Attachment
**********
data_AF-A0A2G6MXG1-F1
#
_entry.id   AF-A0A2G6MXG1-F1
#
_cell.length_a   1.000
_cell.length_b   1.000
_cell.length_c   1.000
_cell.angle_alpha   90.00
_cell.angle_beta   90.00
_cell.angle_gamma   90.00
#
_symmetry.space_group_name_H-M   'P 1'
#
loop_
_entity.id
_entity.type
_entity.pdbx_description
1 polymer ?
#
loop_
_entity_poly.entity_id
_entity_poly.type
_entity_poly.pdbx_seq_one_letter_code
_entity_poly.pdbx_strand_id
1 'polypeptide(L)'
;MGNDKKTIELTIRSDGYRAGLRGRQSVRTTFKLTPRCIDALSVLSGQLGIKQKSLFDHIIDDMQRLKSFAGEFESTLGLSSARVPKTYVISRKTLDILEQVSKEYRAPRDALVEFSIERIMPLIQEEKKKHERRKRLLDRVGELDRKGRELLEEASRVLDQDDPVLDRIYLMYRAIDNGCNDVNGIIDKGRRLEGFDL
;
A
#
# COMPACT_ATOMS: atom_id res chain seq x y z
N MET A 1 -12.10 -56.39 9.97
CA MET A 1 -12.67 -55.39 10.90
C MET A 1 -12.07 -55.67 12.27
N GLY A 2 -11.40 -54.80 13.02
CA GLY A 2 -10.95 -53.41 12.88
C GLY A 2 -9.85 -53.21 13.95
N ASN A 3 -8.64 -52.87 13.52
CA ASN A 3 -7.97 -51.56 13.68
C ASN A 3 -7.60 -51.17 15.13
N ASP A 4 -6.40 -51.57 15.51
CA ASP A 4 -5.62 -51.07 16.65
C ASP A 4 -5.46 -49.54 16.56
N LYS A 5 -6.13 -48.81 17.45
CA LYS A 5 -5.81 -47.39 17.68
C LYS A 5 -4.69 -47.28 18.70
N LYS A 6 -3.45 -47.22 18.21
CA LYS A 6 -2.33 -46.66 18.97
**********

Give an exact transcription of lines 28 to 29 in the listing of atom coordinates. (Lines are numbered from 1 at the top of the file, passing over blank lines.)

A
#